When visiting a health care facility for treatment, the CDC said to tell the doctor whether you have had contact with someone who might have had monkeypox and/or whether you were in an area where monkeypox has been reported or is commonly found in the month before symptoms appeared.

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Where has monkeypox been identified?

As a part of the health notice, the CDC listed the countries in which cases of monkeypox has been recently identified:

  • United States
  • Canada
  • Australia
  • Belgium
  • Austria
  • England
  • France
  • Germany
  • Italy
  • Netherlands
  • Portugal
  • Sweden
  • Spain
  • Switzerland
  • Scotland
  • Israel

The health agency also listed some countries where monkeypox is common, including:

  • The Democratic Republic of the Congo
  • Republic of the Congo
  • Central African Republic
  • Nigeria
  • Cameroon
  • Côte d’Ivoire
  • Sierra Leone
  • Sudan
  • Gabon

Opinion:Monkeypox is here and spreading. But the US is well prepared to handle the threat

As of Monday, in the U.S., there was one confirmed case of monkeypox in Massachusetts, CDC spokesperson Dave Daigle told USA TODAY Tuesday. There are an additional four cases of orthopox that the CDC is doing “confirmatory testing” on. 

Daigle said states test for orthopoxvirus, the genus to which monkeypox belongs, according to the CDC

How does monkeypox appear and spread?

While monkeypox is in the same family as smallpox, it is far less dangerous. It appears first as a flu-like illness, with fever, muscle aches and malaise, followed by skin lesions, though the rash may appear first, said Capt. Jennifer McQuiston, a veterinarian and deputy director of the CDC’s Division of High Consequence Pathogens and Pathology.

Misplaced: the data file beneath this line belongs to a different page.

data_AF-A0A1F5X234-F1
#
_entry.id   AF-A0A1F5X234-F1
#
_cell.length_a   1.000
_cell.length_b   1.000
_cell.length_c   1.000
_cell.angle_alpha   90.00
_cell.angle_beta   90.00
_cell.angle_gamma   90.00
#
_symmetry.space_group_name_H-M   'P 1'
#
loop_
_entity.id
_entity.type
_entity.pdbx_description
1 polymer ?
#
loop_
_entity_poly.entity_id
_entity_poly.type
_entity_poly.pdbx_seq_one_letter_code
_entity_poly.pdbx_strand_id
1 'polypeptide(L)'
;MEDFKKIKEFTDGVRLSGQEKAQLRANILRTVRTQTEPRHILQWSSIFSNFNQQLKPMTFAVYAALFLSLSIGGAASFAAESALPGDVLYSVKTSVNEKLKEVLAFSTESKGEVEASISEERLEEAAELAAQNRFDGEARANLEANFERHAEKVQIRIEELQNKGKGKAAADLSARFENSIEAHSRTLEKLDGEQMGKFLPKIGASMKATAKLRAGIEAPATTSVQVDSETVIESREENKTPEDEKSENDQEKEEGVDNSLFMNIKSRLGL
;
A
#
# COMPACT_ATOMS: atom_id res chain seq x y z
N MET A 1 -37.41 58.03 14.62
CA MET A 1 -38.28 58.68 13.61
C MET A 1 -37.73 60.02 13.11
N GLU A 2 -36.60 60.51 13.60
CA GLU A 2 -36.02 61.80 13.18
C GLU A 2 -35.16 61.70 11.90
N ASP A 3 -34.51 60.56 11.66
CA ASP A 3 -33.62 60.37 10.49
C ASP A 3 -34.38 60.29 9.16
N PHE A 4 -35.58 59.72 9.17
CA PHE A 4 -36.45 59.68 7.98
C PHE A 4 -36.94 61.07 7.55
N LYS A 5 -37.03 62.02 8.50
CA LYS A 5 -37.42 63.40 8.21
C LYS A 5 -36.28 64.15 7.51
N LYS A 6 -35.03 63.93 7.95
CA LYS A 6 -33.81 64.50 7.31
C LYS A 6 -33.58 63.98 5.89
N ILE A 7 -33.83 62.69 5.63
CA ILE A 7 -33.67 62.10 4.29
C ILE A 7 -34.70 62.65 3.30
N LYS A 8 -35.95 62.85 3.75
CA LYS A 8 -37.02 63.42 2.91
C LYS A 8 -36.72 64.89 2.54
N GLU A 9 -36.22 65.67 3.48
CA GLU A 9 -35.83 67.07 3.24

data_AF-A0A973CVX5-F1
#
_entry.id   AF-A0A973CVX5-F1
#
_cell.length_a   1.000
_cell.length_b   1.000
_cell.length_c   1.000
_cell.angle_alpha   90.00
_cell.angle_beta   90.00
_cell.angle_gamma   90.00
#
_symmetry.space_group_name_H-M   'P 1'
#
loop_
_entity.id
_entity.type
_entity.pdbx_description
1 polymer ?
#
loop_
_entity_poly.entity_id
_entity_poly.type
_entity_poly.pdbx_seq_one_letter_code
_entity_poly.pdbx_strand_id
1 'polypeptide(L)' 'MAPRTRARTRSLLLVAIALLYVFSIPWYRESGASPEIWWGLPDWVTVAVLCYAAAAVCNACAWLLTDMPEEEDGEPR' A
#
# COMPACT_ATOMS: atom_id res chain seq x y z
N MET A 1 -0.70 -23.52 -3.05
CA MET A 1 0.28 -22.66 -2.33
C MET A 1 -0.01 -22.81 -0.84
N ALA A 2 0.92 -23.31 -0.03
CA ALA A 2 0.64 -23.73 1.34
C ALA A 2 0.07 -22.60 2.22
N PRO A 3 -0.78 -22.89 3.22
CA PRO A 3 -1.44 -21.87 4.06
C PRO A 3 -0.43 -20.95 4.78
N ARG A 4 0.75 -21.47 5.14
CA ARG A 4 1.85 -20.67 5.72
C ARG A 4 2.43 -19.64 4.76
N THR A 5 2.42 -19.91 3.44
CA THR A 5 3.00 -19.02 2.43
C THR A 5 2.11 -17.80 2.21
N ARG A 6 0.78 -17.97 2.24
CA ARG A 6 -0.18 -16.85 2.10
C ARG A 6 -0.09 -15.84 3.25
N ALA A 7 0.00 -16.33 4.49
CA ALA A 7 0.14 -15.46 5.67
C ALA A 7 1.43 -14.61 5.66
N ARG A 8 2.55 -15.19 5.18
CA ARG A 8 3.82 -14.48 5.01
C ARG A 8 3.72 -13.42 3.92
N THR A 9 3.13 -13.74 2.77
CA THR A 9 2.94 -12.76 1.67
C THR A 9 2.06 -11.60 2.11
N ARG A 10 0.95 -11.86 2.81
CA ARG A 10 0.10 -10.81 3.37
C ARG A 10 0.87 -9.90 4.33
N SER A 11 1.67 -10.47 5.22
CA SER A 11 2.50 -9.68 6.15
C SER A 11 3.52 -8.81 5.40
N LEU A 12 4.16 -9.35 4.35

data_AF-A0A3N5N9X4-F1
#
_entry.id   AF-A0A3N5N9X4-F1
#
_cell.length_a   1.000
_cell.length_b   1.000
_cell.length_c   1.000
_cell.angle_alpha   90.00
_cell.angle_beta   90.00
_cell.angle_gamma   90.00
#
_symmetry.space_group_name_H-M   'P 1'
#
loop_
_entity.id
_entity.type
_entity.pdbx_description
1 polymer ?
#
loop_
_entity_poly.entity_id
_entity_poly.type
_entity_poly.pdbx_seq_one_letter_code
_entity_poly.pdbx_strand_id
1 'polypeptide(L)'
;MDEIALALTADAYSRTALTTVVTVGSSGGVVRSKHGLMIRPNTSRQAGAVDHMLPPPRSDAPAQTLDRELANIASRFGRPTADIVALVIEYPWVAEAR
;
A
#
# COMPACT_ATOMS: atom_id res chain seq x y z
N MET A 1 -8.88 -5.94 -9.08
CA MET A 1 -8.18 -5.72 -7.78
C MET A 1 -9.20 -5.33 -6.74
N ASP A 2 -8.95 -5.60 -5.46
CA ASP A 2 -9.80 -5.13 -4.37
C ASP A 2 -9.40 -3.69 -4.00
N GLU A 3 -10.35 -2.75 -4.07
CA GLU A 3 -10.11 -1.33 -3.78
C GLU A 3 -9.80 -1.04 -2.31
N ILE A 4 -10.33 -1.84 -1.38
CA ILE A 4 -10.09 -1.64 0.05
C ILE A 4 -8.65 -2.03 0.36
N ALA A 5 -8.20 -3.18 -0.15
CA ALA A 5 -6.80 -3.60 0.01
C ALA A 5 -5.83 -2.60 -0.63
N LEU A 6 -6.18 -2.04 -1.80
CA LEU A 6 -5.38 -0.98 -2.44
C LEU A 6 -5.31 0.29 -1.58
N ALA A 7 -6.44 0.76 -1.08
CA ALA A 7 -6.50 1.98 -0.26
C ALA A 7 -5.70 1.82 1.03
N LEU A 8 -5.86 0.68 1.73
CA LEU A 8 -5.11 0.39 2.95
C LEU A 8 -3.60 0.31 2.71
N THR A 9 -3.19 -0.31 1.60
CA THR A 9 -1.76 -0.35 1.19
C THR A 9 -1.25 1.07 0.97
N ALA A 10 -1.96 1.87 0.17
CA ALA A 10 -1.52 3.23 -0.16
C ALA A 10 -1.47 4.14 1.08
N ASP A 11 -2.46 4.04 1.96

The incubation period for monkeypox is typically 6-13 days but can span anywhere between 5 and 21 days, according to WHO.

Unlike most known cases of monkeypox, where the telltale rash usually appears first on the hands, among current cases many rashes are first appearing around the genitals or anus, CDC officials said in a news conference with media.

Monkeypox is not as easily transmissible as viruses like SARS-CoV-2, which is responsible for the current COVID-19 pandemic. However, a lesion in the mouth could lead someone to spew viral particles when talking or coughing, though it is not typically considered a respiratory virus.

Of nine known cases of people infected with the virus who traveled from Nigeria before the current outbreak, none passed it on to others on the airplane or through casual contact, McQuiston said. 

“This is not an easily transmissible virus,” she said. “This is not COVID.”

Contributing: Karen Weintraub, USA TODAY

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Have any countries introduced monkeypox travel restrictions?

Monkeypox, a rare viral infection, is appearing in small but increasing numbers in Europe.

While the disease is rarely fatal to humans, it has prompted some countries to introduce precautions and restrictions in order to limit the spread.

What is monkeypox and how does it spread?

Monkeypox is a viral infection that was first found in monkeys. It does not usually spread easily between people. It can, however, be transmitted by close physical contact through lesions and body fluids. Like coronavirus, it can also be passed through respiratory droplets, the only similarity found between the diseases so far.

Those most at risk of infection have usually had close household contact or sexual intercourse with an infected person. They may also be at risk if they have changed the bedding of an infected person without personal protective equipment.

Dr David Heymann, a leading adviser to the World Health Organisation (WHO), suggested that the current spread of the disease may have been caused by sexual contact between gay and bisexual men at events held in Belgium and Spain.